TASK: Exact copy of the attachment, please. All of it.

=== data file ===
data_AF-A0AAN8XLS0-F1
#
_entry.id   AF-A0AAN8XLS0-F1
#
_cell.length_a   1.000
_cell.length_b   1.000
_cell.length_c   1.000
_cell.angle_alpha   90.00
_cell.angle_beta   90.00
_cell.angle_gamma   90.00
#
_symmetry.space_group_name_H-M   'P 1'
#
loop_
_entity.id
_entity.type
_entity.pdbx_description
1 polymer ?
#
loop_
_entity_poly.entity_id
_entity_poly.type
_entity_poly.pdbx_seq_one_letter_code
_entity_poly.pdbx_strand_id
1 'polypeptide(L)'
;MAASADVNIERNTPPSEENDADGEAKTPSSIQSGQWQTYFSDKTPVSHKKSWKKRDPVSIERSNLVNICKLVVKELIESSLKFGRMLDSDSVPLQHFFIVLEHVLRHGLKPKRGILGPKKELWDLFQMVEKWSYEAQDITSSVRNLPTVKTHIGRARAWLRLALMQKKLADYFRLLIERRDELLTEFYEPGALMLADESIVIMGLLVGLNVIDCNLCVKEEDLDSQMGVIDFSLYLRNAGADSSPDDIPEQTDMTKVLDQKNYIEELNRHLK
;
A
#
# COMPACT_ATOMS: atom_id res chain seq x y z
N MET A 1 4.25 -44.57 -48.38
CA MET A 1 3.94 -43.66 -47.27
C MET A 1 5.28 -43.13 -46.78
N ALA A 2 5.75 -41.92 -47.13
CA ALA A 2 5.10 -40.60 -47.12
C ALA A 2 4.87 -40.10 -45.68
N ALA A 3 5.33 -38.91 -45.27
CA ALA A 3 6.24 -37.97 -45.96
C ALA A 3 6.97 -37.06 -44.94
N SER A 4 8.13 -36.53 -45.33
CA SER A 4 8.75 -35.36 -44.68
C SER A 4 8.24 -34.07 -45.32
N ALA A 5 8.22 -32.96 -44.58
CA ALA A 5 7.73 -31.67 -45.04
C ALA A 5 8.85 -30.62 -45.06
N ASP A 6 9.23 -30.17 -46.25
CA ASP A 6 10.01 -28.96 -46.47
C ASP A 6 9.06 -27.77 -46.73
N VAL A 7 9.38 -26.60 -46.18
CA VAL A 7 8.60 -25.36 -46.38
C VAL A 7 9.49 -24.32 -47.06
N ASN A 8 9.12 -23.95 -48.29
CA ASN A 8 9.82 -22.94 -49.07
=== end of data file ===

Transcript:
data_AF-A0AAN8XLS0-F1
#
_entry.id   AF-A0AAN8XLS0-F1
#
_cell.length_a   1.000
_cell.length_b   1.000
_cell.length_c   1.000
_cell.angle_alpha   90.00
_cell.angle_beta   90.00
_cell.angle_gamma   90.00
#
_symmetry.space_group_name_H-M   'P 1'
#
loop_
_entity.id
_entity.type
_entity.pdbx_description
1 polymer ?
#
loop_
_entity_poly.entity_id
_entity_poly.type
_entity_poly.pdbx_seq_one_letter_code
_entity_poly.pdbx_strand_id
1 'polypeptide(L)'
;MAASADVNIERNTPPSEENDADGEAKTPSSIQSGQWQTYFSDKTPVSHKKSWKKRDPVSIERSNLVNICKLVVKELIESSLKFGRMLDSDSVPLQHFFIVLEHVLRHGLKPKRGILGPKKELWDLFQMVEKWSYEAQDITSSVRNLPTVKTHIGRARAWLRLALMQKKLADYFRLLIERRDELLTEFYEPGALMLADESIVIMGLLVGLNVIDCNLCVKEEDLDSQMGVIDFSLYLRNAGADSSPDDIPEQTDMTKVLDQKNYIEELNRHLK
;
A
#
# COMPACT_ATOMS: atom_id res chain seq x y z
N MET A 1 4.25 -44.57 -48.38
CA MET A 1 3.94 -43.66 -47.27
C MET A 1 5.28 -43.13 -46.78
N ALA A 2 5.75 -41.92 -47.13
CA ALA A 2 5.10 -40.60 -47.12
C ALA A 2 4.87 -40.10 -45.68
N ALA A 3 5.33 -38.91 -45.27
CA ALA A 3 6.24 -37.97 -45.96
C ALA A 3 6.97 -37.06 -44.94
N SER A 4 8.13 -36.53 -45.33
CA SER A 4 8.75 -35.36 -44.68
C SER A 4 8.24 -34.07 -45.32
N ALA A 5 8.22 -32.96 -44.58
CA ALA A 5 7.73 -31.67 -45.04
C ALA A 5 8.85 -30.62 -45.06
N ASP A 6 9.23 -30.17 -46.25
CA ASP A 6 10.01 -28.96 -46.47
C ASP A 6 9.06 -27.77 -46.73
N VAL A 7 9.38 -26.60 -46.18
CA VAL A 7 8.60 -25.36 -46.38
C VAL A 7 9.49 -24.32 -47.06
N ASN A 8 9.12 -23.95 -48.29
CA ASN A 8 9.82 -22.94 -49.07